Advisors during the sales process

When selling your business, it is important to have "your ducks in a row". You need to know your business down to the smallest detail, as buyers will want to know EVERYTHING about the product before they pay the price and transfer the money to you. Some business owners make the mistake of wanting to do the sales work themselves or partially themselves, as they believe they know their own business better than anyone else. They probably do, at least initially. But they do not know the sales process, the pitfalls, all the buyers, and the path to the best result. Other things being equal, people who have these areas as their core competencies will have better opportunities to safely guide you through the process than if you do it yourself. Advisors may seem expensive at first, but if they can help you achieve a higher price, a larger buyer pool, greater competition, better contracts and terms, you will find that the money is well spent in the end. In the podcast, the panel will discuss their own experiences, share their expensive lessons learned, so hopefully you can avoid making the same mistakes.

The Advisors

Corporate Finance Advisors

The M&A advisors / business brokers manage the process from start to finish. First, they need to get to know you and your business. They need to go through everything. They ask about your products, your organization, your competitors, your customers, your finances, your future plans, your strategy, etc. They go through everything and identify the gaps. Many founders have the strategy in their heads, but the corporate finance advisor helps you put it into a presentation that can be explained to a potential buyer. When the advisors understand your business thoroughly, they will work with you to prepare the presentation material and a process plan with all the milestones you need to go through, from identifying potential buyers to handing over the keys to the business. As presentation material, the advisors will first prepare a so-called "Teaser" which is sent out to a select group of both financial and industrial buyers. Often in anonymized form, so that the market cannot immediately identify you or your company. After the teaser, an IM (Information Memorandum / Information Material) is prepared, which really goes into depth with your business. The IM is sent to the potential buyers who have signed an NDA, indicating that they are genuinely interested in investigating the business further.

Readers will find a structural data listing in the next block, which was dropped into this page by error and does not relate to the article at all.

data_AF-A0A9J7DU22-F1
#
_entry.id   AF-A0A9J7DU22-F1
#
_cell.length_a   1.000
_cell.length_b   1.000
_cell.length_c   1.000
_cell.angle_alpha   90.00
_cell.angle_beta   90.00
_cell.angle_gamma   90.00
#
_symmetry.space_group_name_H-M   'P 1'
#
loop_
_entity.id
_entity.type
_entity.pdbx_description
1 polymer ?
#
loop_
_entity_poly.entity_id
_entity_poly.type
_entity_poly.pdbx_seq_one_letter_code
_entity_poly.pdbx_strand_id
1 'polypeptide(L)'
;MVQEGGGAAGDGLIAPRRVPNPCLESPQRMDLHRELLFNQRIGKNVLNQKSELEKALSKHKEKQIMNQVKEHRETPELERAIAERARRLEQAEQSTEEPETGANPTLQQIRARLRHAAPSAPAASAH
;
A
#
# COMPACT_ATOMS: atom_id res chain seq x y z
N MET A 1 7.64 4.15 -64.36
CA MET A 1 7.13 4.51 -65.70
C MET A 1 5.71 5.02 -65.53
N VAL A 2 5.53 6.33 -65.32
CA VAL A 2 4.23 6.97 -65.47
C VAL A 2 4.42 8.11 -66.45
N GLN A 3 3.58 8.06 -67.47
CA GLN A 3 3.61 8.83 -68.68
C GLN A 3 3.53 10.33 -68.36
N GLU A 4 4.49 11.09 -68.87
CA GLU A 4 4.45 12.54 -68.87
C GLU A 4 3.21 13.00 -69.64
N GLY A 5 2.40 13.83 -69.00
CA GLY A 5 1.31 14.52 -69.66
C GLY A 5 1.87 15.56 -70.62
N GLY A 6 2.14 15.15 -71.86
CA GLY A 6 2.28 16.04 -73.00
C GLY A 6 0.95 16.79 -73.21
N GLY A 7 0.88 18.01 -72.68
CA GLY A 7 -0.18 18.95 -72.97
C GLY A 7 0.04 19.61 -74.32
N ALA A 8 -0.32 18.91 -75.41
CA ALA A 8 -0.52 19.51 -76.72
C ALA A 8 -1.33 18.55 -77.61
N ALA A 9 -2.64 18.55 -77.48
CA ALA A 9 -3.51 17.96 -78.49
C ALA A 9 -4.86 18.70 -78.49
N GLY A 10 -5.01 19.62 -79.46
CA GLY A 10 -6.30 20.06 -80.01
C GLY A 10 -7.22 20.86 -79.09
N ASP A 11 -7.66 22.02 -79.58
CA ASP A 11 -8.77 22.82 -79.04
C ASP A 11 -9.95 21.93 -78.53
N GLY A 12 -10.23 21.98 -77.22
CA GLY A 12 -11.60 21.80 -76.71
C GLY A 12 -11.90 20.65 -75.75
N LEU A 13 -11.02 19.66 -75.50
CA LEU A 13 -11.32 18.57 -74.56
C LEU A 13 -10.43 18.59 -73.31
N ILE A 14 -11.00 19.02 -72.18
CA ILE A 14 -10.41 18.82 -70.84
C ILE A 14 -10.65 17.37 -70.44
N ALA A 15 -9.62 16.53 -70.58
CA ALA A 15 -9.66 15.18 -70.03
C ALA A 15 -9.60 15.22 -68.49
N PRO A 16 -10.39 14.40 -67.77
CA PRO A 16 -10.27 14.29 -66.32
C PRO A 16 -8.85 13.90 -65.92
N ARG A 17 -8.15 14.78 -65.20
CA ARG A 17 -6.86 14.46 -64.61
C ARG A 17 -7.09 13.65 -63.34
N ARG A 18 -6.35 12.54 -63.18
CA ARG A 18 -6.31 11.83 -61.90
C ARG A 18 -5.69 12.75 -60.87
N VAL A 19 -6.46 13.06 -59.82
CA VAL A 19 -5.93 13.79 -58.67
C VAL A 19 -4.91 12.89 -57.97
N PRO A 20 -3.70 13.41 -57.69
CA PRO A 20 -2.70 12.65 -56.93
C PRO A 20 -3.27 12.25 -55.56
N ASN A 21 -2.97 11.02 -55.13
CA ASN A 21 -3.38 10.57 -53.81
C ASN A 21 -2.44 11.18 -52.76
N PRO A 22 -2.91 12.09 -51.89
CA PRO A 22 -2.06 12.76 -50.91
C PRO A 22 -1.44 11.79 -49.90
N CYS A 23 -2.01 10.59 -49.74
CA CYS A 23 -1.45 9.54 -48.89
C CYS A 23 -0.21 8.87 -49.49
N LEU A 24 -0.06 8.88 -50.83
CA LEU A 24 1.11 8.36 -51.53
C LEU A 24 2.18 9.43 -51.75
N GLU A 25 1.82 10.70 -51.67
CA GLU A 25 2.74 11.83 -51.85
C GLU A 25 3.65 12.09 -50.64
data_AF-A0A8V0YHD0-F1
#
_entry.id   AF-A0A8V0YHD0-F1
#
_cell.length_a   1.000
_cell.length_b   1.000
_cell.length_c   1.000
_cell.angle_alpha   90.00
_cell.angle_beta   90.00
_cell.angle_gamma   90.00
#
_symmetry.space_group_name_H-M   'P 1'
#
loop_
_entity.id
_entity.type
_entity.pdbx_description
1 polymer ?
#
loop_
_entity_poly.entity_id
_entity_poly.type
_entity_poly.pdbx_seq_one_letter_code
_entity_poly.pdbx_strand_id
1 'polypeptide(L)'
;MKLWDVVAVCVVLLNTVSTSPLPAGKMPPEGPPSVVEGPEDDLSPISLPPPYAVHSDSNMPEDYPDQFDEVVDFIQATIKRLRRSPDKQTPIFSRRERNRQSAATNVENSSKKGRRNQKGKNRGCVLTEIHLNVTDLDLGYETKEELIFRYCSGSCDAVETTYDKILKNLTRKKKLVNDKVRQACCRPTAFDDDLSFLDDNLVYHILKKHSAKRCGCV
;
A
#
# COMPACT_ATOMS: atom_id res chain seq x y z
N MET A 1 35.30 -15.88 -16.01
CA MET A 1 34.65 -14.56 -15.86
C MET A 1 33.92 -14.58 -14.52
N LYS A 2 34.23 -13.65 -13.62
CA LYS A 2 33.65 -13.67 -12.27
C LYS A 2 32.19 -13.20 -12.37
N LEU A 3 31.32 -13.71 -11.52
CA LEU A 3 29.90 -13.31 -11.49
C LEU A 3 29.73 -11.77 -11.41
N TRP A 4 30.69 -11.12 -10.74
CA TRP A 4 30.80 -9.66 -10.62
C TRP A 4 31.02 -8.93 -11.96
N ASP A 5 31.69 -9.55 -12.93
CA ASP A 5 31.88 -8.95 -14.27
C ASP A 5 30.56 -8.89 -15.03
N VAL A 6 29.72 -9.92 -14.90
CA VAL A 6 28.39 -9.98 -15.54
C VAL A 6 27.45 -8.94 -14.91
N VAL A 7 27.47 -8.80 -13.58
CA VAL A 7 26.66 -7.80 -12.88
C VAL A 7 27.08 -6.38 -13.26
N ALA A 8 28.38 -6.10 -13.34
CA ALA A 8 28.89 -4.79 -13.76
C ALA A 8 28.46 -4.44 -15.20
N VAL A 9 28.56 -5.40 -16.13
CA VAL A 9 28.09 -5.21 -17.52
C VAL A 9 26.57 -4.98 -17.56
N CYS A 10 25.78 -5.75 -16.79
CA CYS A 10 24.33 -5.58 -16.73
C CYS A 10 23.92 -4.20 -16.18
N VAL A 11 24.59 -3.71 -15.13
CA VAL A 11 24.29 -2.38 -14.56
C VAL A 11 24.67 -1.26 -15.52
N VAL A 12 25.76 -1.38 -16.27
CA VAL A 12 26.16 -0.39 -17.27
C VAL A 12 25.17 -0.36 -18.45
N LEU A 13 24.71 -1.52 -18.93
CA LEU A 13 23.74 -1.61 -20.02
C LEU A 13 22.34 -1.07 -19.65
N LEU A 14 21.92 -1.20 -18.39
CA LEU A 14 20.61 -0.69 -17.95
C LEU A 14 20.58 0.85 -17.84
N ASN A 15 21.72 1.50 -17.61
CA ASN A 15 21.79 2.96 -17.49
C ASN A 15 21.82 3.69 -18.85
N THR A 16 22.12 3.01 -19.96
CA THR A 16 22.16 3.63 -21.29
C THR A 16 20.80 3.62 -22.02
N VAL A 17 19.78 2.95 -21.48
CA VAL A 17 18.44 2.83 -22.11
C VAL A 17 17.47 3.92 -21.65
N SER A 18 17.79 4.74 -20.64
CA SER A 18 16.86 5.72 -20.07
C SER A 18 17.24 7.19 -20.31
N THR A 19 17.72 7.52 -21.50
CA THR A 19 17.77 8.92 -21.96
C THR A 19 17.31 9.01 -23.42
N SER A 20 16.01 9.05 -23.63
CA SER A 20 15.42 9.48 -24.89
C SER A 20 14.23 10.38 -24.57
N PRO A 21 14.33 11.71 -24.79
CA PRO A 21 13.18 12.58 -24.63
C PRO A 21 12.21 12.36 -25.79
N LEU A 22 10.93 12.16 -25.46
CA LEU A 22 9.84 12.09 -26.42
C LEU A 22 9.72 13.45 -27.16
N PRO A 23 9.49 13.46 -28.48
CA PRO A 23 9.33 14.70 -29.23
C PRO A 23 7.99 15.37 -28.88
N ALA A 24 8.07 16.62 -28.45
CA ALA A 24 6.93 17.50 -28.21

The lawyers often enter the process when the actual interested buyers are identified via the teaser. The lawyer prepares and sends out an NDA (non-disclosure agreement), and keeps track of them coming back in a signed form, or if they need to be adjusted. Next time we meet the lawyer is when the LOI is being negotiated or when a data room needs to be created for use during due diligence. In a data room, all relevant documents are stored, ranging from the company's articles of association and registration certificate, customer contracts (often with sensitive information such as customer names redacted), employee contracts, financial statements, board minutes, etc. This material is made available by the seller to the buyer in a virtual data room. In this room, the buyer and seller can ask and answer questions of each other, and all the material will then be used as documentation in the transaction. The lawyer prepares an SPA (share purchase agreement), which the lawyer negotiates with the counterparty's lawyer, and handles the formalities for both "Signing" (signing of the agreement) and "Closing" (when ownership officially transfers to the buyer). Payment of the purchase price is also often made to the lawyer's client account and transferred to the seller only when all the agreed points in the "Closing Memorandum" have been completed


The accountant's job is to prepare all the financial material based on which the purchase price can be calculated. The valuation is often based on a multiple, which is multiplied by either the top line (revenue) or EBITDA or EBIT. This is also called "Enterprise Value". If you were to explain Enterprise Value, you could compare it to buying a house. Enterprise Value is what the house is put up for sale for, while Equity Value is what the buyer ultimately pays less the debt. The accountant also calculates "Working Capital," which is the capital required in the company to maintain daily operations. It is the money tied up in debtors, creditors, and possibly inventory, which is the amount you need at a minimum to run the business. The working capital can vary during the year. Sometimes you may have received payments from all customers, and liquidity can be very good, while at other times, all your money may be tied up in your inventory, waiting for customers to pay their bills. In a business sale, the average of the last 12 or 24 months of working capital is often calculated, and then it is determined whether there is too much or too little "cash in the bank" at the time of the business transfer. This means that adjustments need to be made to the purchase price.